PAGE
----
Did you recently get engaged? Great, I’ll be replying “💍😍” when you announce it on Instagram. Or finish a big project at work and head out the door for a vacation. “🙏🙏.” A picture where you look cool but I have nothing substantive to contribute earns you a “😎😎😎.” Post a thirst trap? “🔥,” I’ll comment. (Perhaps a “💦” or two for good measure.)
There are nearly 3,000 emoji in the Unicode standard but, in reality, the number most people use in daily interactions is much smaller. Commenting an emoji is the least you can do to engage with somebody’s content. Sure, it’s more effort than just liking a photo but it requires no real thought. An emoji says I care about you and your content enough to reply with this tiny picture that will help your photo perform better in the Instagram algorithm but I don’t really have anything else to say. On Instagram, the most-used emoji by far are some combination of 💯🙏🔥✨😍. Instagram auto-suggests emoji for comments based on the ones you’ve used most recently in the app. For me that’s a lexicon of 🖤👏✨✊😘🌈. Useful, sure, but also derivative.
But last weekend, something weird happened on Instagram. The app started suggesting emoji out of nowhere — random pictograms users had rarely, or never used before. For me, this meant Instagram was suddenly prompting me to reply with the 🧣. (That’s a knotted scarf, in case you can’t tell.) And, oddly enough, I felt compelled to follow Instagram’s suggestion. A photo of a couple I know standing amid the New York City Pride parade? Who needs to comment a derivative, played-out 🌈, when you can reply “🧣🧣.” On a post from another friend I noticed a string of random 🦔🦔🦔. “IG is recommending I use this emoji!!!!!,” the person wrote. “Wow yes IG thank you for this service,” my friend replied.
The Instagram algorithm knows me. Or, at least, it knows the version of me that mostly comments “YASS 🔥🔥!!!” So when it suddenly started recommending I use an emoji I’d never used and, frankly, never seen before, I felt almost lost. Conditioned to believe an algorithm knows me better — me here being my emoji preferences — than I know myself. Wirecutter photo editor Sarah Kobos was shown the 🥔. Her colleague over at the New York Times, Kate Conger, was recommended the 🧦. Another Twitter user said they were “baffled and amused” by Instagram’s recommendation of the 🥩. Somebody else got 🥛. 🥒. And a slightly too on-the-nose 🤡. “Instagram suggesting people to comment the clown emoji on my pic sums up my whole existence,” one user tweeted.
As quickly as this weird moment of joy came, it went. An Instagram spokesperson told me a team was already fixing the bug as of Monday and the app would be back to normal soon. Indeed, the scarf has vanished from my recommended emoji. But I almost wish it hadn’t. Seeing it there was a moment of whimsy. A moment that made me think Well why the hell haven’t I ever used this dumb emoji. What other dumb emoji are lurking in my keyboard just waiting to be unleashed on unsuspecting comments sections? A realization that I’d been ignoring what is, at its core, kind of the point of emoji: to have a wide range or ways to say what’s on your mind without having to type it out or formulate a sentence. But instead I’d been relying solely on a half dozen emoji that I use so frequently they’ve come to meaning nothing. The emoji comment equivalent of ending a text with “lol.”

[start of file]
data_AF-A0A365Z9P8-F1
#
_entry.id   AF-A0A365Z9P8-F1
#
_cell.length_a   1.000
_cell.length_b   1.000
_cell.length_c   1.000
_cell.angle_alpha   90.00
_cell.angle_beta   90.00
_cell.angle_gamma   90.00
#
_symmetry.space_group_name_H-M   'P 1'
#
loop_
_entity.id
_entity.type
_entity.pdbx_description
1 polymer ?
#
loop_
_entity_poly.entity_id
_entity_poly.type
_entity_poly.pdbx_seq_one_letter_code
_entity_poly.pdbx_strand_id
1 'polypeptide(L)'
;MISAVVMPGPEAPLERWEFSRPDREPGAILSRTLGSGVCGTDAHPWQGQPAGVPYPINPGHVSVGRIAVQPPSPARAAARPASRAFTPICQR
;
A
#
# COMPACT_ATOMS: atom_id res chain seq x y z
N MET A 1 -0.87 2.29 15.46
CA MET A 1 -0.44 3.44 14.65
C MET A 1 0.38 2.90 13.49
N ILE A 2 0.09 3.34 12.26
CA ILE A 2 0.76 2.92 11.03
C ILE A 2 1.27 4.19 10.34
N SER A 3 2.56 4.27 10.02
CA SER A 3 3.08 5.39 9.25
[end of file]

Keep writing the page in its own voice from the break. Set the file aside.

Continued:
By comparison, Gmail’s automatic email responses, which use a neural network to determine appropriate replies, are often the source of griping. They’re boring. They’re unoriginal. They are, in a word, robotic. This Instagram glitch, on the other hand — despite being the fault of robots — is anything but. It’s the perfect anecdote to the perfunctory “like” and canned, clichéd response. Replying “Sounds good!” or “Thanks, got it!” is drudging, unfeeling. Replying 🥔🥔🥔 is hilarious. It’s weird. There’s no context so it’s up to the person viewing it to interpret 🥔🥔🥔 on their own terms. An insult? A compliment? A proposition?
There’s something fun about picturing an Instagram feed full of photos with comments laden with random emoji. Colorful replies with absolutely no relevance to the photo or video at hand. A pictographic chaos. It might have started out as an error but the platform should really consider building this out into a fully fledged feature. An emoji roulette of sorts that would randomly select a different emoji option each time, nestled in beside your usual suspects. Just think of the possibilities. ☣️! ⚓! 🏵️! 📐! 🍡! 🧣!